Home Away From Home
July 24, 2019
By Sierra Sugar
When you're an over-the-road truck driver, the cab and sleeper of your truck is your home away from home. Whether you are out for a few days at a time or a few months, that time away is spent living, eating, sleeping, working, and relaxing in the tiny space of your tractor interior. To make life on the road a little more comfortable, here are a few tips to keep your interior space clean and feeling like a livable space rather than just a semi truck.
Keep it clean. This one simple rule will go a long way to making a space feel less stressful and more relaxing. It is scientifically proven that dirty, cluttered spaces are bad for our mental well being. Luckily small spaces take significantly less time to clean and keep clean. 5-10 minutes a day is all you need to really to keep on top of things.
- Use a small office-size trash can or even a small box to easily toss waste such as napkins, coffee cups, empty snack containers, and soda/water bottles. Empty these at every fuel stop and/or rest area.
- Keep Windex or a spray bottle of half each white vinegar and water, along with paper towels handy to clean your windows from the inside. This is especially useful if you have pets on the truck that like to leave nose art on the windows.
- Baby wipes and other disposable wipes like Lysol or Clorox are great for wiping down almost any surface, keeping them free of grim and germs.
- Take your shoes off in the front seat before heading back to your sleeper. Your shoes track in dirt, mud, and grim from truck stops, fields, customer lots, etc... You don't want all that tracked back to your sleeper area where you relax and possible walk around barefooted, then those dirtied bare feet go up into your bed.
- Keep a small broom and dust pan to sweep your floors once a day.
- RoadPro makes a great 12v hand-held vac to vacuum your floors, counters, dash, seats, bedding, etc... This is great for cleaning up dust, dirt, food spills, pollen, and pet hair and dander.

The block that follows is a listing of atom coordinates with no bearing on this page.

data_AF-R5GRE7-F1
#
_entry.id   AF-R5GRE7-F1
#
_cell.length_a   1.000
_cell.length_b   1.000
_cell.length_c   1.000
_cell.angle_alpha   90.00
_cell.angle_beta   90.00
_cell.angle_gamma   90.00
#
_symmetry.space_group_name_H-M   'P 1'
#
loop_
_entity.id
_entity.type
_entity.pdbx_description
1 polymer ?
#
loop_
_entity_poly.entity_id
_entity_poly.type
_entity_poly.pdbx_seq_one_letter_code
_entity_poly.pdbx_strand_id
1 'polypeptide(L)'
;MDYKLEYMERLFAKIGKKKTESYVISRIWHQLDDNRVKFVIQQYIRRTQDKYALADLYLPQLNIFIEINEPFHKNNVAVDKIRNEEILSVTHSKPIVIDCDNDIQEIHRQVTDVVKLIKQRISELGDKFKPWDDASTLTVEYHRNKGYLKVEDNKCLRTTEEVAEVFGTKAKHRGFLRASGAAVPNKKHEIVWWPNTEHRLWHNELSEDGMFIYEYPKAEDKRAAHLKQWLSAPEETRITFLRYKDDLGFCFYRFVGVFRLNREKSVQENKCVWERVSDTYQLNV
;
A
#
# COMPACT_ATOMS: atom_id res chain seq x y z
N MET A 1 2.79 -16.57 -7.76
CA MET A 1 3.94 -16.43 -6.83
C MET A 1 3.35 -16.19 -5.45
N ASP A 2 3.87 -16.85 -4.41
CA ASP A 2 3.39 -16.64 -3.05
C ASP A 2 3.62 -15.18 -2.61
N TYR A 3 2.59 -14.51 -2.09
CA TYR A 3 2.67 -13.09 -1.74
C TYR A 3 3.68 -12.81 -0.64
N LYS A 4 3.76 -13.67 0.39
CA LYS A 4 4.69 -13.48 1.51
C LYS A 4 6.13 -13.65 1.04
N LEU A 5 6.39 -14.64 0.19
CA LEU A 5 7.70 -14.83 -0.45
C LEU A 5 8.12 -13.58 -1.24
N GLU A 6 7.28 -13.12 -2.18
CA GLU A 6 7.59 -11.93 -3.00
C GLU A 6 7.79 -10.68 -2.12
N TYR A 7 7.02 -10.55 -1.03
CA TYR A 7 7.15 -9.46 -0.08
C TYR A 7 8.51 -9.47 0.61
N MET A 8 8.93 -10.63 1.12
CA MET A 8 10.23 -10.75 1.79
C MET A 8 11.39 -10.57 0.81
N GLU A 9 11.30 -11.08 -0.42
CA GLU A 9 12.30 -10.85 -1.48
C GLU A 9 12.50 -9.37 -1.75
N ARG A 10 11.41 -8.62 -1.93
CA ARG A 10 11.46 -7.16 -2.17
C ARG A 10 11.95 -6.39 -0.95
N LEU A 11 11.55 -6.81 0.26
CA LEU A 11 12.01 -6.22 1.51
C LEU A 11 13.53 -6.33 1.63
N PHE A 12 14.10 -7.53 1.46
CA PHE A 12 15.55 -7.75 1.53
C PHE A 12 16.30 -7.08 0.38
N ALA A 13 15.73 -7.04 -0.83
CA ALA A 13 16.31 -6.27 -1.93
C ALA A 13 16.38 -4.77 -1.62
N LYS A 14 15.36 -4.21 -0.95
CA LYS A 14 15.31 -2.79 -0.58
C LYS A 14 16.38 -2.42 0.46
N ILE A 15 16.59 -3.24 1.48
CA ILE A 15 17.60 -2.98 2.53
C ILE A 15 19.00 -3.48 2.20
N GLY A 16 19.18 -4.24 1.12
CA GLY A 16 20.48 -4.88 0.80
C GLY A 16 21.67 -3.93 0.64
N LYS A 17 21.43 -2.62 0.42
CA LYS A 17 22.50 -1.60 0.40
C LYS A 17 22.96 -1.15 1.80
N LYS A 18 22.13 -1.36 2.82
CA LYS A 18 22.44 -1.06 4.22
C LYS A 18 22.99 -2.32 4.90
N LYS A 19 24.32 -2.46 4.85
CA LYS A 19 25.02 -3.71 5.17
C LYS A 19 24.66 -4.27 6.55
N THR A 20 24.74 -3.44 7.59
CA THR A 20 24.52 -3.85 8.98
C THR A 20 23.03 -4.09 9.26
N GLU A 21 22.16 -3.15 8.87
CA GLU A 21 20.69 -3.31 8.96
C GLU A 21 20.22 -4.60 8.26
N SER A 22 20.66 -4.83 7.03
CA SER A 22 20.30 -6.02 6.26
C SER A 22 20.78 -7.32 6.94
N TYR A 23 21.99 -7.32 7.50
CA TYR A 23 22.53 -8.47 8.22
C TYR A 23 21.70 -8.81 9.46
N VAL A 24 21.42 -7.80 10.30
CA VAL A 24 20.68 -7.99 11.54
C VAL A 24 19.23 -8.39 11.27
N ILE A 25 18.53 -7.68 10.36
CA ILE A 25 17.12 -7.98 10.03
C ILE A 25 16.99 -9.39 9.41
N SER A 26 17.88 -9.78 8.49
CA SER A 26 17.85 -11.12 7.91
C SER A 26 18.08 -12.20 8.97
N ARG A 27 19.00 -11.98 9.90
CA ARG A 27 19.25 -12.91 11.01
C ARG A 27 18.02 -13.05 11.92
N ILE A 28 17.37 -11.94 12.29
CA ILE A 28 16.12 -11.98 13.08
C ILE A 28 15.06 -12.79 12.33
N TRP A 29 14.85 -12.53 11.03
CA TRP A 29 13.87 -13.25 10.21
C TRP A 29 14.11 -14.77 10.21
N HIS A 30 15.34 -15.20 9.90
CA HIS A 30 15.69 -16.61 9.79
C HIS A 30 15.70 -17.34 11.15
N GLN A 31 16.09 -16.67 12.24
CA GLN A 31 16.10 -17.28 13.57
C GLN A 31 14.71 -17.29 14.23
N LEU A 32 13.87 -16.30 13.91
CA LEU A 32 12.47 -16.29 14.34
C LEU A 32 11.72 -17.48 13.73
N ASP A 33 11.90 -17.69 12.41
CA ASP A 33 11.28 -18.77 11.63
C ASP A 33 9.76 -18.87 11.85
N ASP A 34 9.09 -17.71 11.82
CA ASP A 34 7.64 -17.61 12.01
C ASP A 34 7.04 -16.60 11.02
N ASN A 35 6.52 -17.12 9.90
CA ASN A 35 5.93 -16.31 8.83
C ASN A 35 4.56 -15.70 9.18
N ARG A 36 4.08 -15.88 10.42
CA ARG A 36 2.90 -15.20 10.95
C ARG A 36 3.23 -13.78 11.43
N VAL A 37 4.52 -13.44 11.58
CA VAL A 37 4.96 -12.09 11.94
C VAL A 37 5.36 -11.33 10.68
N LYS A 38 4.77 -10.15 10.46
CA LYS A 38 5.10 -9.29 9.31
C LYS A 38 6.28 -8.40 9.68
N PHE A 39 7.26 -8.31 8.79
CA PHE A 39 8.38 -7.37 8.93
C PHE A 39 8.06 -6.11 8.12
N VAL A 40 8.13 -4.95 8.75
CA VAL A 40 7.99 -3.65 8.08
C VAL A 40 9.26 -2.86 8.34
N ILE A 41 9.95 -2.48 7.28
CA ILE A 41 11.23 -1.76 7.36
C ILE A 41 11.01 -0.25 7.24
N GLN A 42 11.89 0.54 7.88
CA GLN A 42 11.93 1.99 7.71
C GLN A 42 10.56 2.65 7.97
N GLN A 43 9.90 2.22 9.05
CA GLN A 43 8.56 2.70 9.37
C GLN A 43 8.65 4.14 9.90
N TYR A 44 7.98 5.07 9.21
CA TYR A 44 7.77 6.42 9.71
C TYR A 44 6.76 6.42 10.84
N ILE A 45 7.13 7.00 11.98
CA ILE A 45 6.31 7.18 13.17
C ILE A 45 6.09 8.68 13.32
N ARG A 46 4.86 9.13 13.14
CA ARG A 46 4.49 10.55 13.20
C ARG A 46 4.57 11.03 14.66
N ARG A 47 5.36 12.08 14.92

- Put dryer sheets behind your air vents in your sleeper, and even inside the recirculating vent of your vacuum to help control every-day odors.
- Make a specific place for everything and always put it back in it's designated space.
- Use small baskets, and similar containers to help organize cabinets, walls, counters, and shelves. Bungee cords are great for keeping things from falling off of shelves or from tipping over.
Command hooks help utilize vertical space like the sides of the sleeper, inside cabinet doors, and inside the bathroom and bathroom door if you have a larger sleeper.
Small tension rods are great inside cabinets to keep things from falling out and to hang bottles along.
S-hooks attached to other items like brushes, dusters, makeup bags, etc can also be hung on command hooks or tension rods. All these tips help keep things from bouncing around, falling in the way, and clutter free.
Decorate. Now that you've got things nice and clean, work on making your living space in your truck more personal and less cold and industrial. You will relax easier and sleep better if you have a comfortable surrounding.
- Pick bedding (sheets, quilt, comforter, pillow cases) that are in a color or design pleasing to you. Whether you like primary colors, pastels, neutrals, muted, patterns, abstract, or whimsical, or whatever... just make the inside of your sleeper your own.